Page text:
Image Visibility[edit | edit source]
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For additional information about image restrictions, please see the Restrictions for Viewing Images in FamilySearch Historical Record Collections page.
What Can These Records Tell Me?[edit | edit source]
The following information may be found in these records:
Collection Contents[edit | edit source]
Sample Image[edit | edit source]
Digital Folder Number List[edit | edit source]
This collection was published as a DGS browse collection. These collections do not include any human-readable waypoint data making them difficult to use. A table showing each DGS number and its contents can be found in Texas Birth Certificates Digital Folder Number List. The list can be sorted by DGS number, GS number, year, film note, author and title with a link to the FamilySearch Catalog record.
How Do I Search This Collection?[edit | edit source]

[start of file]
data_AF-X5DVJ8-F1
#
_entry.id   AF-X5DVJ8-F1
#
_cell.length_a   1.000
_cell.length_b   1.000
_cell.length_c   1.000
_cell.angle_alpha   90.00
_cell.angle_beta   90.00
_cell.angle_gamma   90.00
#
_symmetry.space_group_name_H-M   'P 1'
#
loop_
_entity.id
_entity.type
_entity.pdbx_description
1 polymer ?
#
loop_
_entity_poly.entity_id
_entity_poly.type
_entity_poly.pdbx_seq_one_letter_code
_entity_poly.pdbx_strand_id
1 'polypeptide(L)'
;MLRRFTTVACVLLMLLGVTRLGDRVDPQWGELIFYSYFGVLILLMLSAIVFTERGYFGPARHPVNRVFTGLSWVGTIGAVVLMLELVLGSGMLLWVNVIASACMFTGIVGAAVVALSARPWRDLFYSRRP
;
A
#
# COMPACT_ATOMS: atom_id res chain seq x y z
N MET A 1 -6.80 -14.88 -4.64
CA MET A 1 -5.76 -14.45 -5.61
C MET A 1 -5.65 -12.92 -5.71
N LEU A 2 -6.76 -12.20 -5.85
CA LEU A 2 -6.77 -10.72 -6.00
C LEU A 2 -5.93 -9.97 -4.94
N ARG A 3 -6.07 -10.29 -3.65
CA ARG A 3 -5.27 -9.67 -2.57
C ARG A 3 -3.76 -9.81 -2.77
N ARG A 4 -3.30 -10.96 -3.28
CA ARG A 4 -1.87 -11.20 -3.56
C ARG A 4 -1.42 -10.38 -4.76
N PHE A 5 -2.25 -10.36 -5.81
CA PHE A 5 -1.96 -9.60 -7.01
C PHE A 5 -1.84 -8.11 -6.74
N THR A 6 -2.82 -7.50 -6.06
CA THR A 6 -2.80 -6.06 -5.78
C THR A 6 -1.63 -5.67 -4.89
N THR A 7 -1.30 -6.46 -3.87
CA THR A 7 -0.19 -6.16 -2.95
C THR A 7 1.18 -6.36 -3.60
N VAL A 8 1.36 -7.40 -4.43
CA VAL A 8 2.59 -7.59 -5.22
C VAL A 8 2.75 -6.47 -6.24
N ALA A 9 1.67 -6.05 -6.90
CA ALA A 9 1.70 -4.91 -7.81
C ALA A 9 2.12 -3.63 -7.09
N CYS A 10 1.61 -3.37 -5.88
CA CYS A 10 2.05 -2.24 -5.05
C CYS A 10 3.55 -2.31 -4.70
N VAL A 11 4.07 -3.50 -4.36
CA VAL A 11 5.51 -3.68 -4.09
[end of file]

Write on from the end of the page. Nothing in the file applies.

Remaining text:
Before searching this collection, it is helpful to know:
- Name of the person
- The location or date of the event
Search the Index[edit | edit source]Search by name by visiting the Collection Details Page.
- Fill in the search boxes in the Search Collection section with the information you know
- Click Search to show possible matches
View the Images[edit | edit source]To view images in this collection:
- Look at the Digital Folder Number List article to determine the folder/film number for the images you want to see
- Go to the Browse Page
- Select the Film number to view the images
|More images are available in the FamilySearch Catalog at Texas Birth Certificates, 1903-1935. Some catalog records link to multiple references. In this case, click on a reference to find a camera icon to see images.|
How Do I Analyze the Results?[edit | edit source]
Compare each result from your search with what you know to determine if there is a match. This may require viewing multiple records or images. Keep track of your research in a research log.
What Do I Do Next?[edit | edit source]
If these are indexes, the original records may contain additional information than was not indexed, or the information might have been indexed incorrectly. You may want to search for the original record at the Texas, United States Genealogy.
I Found the Person I Was Looking For, What Now?[edit | edit source]